A controversial topic from the get go, linguistic imperialism has been a reality since the start of global population movements that began in ancient civilization.
Today it’s relevant to society on every level, particularly over the past two centuries in which globalization has exploded and international level trade, travel and interaction are routine occurrences.
But why English? Is there a reason for its global hegemonic hold?
Considering the characteristics of a language that might increase its chances at hegemony, English is a simplified and evolved form of communication from the original and more expansive Old English. Its descriptive vocabulary is not as extensive as a Romance language such as French or Castilian Spanish.
Modern English is exempt from formal and informal address, and feminine/masculine nouns. The direct, to the point nature of English along with its relative grammatical simplicity has contributed, to a large extent, to its recognition as a global ‘business language’.
Language and culture are relatively inseparable, proven somewhat by the many attempts and failures of linguists around the world to create a global means of communication easily adaptable to tongues of speakers of the world’s most spoken languages with common ‘roots’.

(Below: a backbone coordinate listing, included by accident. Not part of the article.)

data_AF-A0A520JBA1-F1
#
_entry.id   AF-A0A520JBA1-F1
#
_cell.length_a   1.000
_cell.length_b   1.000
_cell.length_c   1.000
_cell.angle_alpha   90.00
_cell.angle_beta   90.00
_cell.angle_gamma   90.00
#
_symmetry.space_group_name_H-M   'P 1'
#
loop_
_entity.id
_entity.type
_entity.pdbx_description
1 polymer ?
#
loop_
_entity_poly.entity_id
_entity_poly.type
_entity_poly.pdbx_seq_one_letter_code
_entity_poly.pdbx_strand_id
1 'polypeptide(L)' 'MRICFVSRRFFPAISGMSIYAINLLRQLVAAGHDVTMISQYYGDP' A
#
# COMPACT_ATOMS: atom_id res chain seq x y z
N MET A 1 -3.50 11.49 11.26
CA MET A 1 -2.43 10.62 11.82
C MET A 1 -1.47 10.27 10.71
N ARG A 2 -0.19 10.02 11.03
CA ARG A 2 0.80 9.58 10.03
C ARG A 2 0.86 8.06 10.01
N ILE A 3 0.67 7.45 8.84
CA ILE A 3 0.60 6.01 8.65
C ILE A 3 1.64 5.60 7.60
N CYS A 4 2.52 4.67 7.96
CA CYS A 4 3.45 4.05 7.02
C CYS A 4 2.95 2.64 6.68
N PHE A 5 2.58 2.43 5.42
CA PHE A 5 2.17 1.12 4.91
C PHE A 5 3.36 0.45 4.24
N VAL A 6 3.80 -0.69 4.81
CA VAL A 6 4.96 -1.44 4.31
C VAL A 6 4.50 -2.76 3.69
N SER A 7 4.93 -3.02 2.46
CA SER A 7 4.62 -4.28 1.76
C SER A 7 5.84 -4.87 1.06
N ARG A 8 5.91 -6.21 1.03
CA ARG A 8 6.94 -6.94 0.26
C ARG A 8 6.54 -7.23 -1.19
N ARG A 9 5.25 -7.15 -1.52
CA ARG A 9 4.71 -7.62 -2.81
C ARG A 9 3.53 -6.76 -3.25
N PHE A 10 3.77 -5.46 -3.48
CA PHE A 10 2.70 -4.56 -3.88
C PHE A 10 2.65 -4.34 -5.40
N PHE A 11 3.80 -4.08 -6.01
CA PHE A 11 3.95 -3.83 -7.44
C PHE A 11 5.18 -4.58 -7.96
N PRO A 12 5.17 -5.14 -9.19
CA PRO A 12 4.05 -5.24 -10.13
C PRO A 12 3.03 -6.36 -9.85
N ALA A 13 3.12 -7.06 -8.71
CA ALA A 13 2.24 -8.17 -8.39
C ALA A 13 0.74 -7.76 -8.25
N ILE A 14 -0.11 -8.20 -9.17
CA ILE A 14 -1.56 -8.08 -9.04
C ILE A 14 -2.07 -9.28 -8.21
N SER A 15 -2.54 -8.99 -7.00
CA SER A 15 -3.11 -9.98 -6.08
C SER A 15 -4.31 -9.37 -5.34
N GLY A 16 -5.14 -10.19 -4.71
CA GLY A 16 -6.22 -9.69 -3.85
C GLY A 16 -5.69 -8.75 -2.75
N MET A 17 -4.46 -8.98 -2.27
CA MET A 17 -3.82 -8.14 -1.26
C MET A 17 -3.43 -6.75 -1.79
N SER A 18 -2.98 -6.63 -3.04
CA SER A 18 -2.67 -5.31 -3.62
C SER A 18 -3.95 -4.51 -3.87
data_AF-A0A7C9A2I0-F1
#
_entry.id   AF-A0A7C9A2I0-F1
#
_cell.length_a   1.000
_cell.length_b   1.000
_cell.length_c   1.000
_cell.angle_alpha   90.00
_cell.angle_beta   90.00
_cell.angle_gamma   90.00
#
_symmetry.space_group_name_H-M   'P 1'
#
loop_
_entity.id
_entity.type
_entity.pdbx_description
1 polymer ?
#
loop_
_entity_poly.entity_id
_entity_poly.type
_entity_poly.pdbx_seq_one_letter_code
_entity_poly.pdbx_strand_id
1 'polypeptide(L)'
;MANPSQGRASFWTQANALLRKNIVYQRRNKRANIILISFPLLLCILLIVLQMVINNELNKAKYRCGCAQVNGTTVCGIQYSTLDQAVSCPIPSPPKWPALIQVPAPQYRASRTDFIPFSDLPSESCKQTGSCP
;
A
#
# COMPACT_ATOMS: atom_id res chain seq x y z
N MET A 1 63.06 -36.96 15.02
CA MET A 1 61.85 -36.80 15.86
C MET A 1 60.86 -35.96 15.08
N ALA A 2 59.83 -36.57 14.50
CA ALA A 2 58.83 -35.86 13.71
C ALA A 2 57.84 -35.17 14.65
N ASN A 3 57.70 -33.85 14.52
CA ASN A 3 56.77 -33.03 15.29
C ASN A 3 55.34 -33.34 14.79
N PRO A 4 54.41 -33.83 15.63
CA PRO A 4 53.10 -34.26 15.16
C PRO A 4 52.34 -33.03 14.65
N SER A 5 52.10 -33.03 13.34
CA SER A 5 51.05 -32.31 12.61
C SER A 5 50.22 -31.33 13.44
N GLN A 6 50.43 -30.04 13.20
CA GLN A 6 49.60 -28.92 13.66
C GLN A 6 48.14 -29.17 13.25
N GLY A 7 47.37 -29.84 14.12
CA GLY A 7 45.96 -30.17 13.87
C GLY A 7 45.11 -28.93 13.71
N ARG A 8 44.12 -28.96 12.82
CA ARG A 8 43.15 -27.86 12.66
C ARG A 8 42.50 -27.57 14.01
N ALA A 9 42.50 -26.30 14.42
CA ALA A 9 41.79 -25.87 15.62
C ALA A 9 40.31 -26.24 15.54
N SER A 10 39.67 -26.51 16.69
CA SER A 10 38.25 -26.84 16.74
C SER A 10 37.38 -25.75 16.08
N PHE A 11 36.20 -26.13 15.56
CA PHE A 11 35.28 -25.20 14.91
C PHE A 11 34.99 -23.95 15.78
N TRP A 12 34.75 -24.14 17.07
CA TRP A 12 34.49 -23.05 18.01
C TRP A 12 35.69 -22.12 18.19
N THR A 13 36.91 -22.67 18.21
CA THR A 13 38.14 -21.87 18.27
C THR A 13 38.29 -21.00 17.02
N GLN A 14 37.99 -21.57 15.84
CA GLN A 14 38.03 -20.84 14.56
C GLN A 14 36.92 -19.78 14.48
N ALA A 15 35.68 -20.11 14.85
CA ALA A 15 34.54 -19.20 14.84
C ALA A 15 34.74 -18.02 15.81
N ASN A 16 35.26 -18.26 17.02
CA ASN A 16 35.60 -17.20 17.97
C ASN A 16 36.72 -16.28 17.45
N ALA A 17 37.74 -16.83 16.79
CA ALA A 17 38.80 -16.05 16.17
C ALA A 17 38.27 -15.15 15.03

Integrating elements of Latin, Greek and even Arabic languages, Esperanto was the most successful and widely spoken of the constructed languages, yet it failed to ‘take off’, peaking at around 200,000 speakers. There was no country or culture connected to the language, and speakers were widespread, therefore interest and motivation to learn the language was low.
From the perspective of geographical language distribution, the French language continued to be the ‘lingua franca’ of the Western world even at the height of the British Empire. The cultural influence of France was strong and it’s descriptive nature valued for many decades, until the rise of cultural and political dominance in the US pushed English into the top spot. Soft power, especially the influence of Hollywood, played an important role in the global spread of English. Politically, the US was the superpower of the 20th century.
The influence of the Internet can’t be overlooked when questioning the dominance of modern English. Established in the US, webpage content was primarily written in English, and English speaking users made up the highest percentage of users. According to recent studies, there has been a steady year-on-year decline in the percentage of webpages in English from 75% in 1998 to 55% in 2005.
However, the decline is proportional to the growth of the Internet – English continues to be the dominant language of cyberspace, as the top ten million websites are 55% English. And as cyberspace becomes more integrated into every aspect of our lives, business and personal, it’s a huge bonus to be a native English speaker, despite the huge numbers of Mandarin Chinese speakers worldwide.
In fact, if you read this article, congratulations – you’re one of privileged majority!
By Marcelle Adriana